As part of the Chicago Community Trust’s On The Table, Chicago Tonight's Elizabeth Brackett hosted a dinner with eight area residents where they shared their thoughts, concerns, opinions, and hopes for the region's future. Read her blog about the event and watch a video of what participants had to say.
Our table for nine filled quickly in the lively and loud Café Ba-Ba-Reeba on Halsted Street in Lincoln Park. A little negotiation got the music turned down, though we did leave the Bulls game on but – no sound.
Our group came from across the city and even included a suburbanite, Richard Rosenberg from Palatine. Rich attended the On the Table dinner last year and wanted to know what had come out of last year’s discussions. We talked about how the themes of collaboration, commitment, and civic participation that emerged from last year’s dinners sparked this year’s call for philanthropy to carry out those themes.
All eight guests had terrific stories to tell about their own involvement in philanthropy. You could hear the excitement in north sider Kinga Stepian’s voice when she talked about her volunteer work with The Night Ministry, which deals with poor and often homeless people on the North Side. Nigerian American investment manager, Nneka Erondu was passionate about the hours she gives to the Young Women’s Leadership Charter School. While northwest sider Marlene Rivera found her desire to volunteer filled by working with Organizing for Action, which is the national organization that grew out of President Barack Obama’s campaign and presidency.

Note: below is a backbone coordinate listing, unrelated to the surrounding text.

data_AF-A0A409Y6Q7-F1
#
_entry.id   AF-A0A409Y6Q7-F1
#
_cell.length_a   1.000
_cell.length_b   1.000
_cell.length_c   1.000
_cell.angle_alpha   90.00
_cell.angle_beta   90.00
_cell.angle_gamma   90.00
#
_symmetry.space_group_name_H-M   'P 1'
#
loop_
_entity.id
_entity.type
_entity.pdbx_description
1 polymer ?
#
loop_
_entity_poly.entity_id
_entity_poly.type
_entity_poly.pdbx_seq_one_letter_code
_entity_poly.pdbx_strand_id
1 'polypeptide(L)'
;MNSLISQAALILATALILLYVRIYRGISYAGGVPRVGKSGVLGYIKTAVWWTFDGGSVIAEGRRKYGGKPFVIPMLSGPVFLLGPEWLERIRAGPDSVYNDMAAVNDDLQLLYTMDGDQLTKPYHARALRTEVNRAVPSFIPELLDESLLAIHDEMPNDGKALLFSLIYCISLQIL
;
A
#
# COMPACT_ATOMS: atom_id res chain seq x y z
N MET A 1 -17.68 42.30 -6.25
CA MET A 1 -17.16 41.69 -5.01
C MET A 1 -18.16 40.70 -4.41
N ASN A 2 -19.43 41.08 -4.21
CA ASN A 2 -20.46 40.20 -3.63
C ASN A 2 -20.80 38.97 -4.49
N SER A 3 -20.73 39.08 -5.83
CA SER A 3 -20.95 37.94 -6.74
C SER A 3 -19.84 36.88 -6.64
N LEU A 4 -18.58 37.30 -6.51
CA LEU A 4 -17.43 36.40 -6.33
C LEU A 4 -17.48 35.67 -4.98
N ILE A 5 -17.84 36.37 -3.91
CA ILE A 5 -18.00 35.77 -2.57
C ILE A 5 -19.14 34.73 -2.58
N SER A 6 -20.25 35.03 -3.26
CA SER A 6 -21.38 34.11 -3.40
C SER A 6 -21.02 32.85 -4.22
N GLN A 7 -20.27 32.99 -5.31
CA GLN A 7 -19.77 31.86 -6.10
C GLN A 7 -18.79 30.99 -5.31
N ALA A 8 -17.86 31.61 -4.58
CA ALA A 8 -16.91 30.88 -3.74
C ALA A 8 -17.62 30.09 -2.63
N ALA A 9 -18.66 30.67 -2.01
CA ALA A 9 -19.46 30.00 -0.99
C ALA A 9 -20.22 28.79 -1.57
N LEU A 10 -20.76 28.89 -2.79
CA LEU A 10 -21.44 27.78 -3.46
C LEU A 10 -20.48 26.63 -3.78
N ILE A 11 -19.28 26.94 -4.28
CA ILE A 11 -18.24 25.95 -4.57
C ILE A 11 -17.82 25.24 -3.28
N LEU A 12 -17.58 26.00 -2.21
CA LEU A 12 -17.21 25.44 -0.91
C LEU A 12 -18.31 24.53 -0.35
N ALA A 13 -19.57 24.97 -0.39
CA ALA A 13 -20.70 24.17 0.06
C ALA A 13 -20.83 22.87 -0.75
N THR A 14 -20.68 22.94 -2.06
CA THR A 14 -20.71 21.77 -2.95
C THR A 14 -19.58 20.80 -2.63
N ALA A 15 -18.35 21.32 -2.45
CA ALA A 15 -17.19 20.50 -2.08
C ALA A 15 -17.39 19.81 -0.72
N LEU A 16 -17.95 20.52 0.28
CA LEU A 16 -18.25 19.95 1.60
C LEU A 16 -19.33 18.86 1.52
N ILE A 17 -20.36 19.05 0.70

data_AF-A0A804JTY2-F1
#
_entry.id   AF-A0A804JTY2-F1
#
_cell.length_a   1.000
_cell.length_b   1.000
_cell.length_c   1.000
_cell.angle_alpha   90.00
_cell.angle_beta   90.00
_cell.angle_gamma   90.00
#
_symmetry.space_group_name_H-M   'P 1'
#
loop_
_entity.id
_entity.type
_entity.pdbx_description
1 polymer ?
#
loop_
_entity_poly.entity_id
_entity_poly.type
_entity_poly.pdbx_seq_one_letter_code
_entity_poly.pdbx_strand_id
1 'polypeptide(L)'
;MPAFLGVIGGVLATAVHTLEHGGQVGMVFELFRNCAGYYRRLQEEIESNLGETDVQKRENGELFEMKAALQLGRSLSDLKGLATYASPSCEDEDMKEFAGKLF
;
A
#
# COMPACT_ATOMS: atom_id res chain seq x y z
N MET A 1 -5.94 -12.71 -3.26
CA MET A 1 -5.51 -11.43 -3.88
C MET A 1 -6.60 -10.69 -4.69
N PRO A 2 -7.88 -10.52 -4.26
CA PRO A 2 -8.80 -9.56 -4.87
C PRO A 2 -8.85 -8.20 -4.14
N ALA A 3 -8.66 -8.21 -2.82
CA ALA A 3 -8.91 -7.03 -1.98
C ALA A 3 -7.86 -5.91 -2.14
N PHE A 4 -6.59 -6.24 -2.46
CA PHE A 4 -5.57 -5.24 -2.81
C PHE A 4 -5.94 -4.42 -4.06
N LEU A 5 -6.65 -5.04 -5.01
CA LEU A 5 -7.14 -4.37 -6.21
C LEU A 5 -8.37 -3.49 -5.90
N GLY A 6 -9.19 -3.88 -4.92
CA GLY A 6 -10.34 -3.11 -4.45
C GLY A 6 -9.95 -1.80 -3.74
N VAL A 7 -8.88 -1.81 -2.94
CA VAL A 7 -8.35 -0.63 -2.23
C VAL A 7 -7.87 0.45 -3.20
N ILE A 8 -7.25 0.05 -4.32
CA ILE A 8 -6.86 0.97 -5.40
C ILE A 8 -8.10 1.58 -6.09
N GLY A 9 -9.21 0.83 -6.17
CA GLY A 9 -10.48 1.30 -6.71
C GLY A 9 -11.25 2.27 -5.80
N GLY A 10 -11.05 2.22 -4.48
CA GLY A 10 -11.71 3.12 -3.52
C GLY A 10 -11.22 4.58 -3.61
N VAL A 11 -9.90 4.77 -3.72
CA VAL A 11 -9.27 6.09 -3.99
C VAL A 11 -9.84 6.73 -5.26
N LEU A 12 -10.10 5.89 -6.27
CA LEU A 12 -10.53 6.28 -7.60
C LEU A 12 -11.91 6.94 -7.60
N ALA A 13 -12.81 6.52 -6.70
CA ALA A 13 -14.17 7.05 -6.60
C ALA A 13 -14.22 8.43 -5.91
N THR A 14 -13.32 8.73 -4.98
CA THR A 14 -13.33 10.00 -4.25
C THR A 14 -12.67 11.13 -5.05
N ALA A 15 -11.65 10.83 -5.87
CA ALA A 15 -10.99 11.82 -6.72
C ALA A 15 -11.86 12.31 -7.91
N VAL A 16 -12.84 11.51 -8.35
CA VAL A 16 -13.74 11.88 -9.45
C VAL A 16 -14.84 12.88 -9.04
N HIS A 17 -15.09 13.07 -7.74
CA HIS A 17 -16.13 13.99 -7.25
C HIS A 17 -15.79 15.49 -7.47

After I reported that Moody’s had just lowered Chicago’s bond rating to junk status, there were many comments about the urgent need for philanthropy. The concern was voiced that the dire fiscal straits of the city and the state has already led to cutting back on many social programs, and the drop to junk status will only make things worse. Public health nurse, Monica Dillon was particularly concerned about the cuts to the city’s mental health care facilities. She created an indigent pharmaceutical program to fill the urgent need for access to medications in her community.
In general, the politicians didn’t get much credit for the way the city and state’s fiscal crisis is being handled. Retired manager, Sylvia Reed suggested that all the money the politicians raise for their campaign funds be turned over to the cash-strapped city and state. There was unanimous agreement, but not much hope that it would happen.
Both Gayle Plantz, a landscape architect, and Rich Rosenberg, a financial adviser, were high on the idea of community gardens as a way to involve the community in meaningful volunteer work that also provides much needed produce for food pantries.
Consultant Gladys Santiago has given a lot of thought to funding philanthropy through social enterprise endeavors. Her creative ideas for tapping new markets, both public and private, for philanthropic fundraising got the group’s attention.
Kinga Stepian wrapped up the evening by saying listening to everyone’s passion about their philanthropic work made her realize that seemingly insurmountable social problems could be overcome when each person does just a little to promote change.
The evening ended much better than the Bulls game and the whole table even volunteered to help out on the phones at the next WTTW pledge drive!
On The Table guests share their thoughts on the dinner conversation in this web extra video.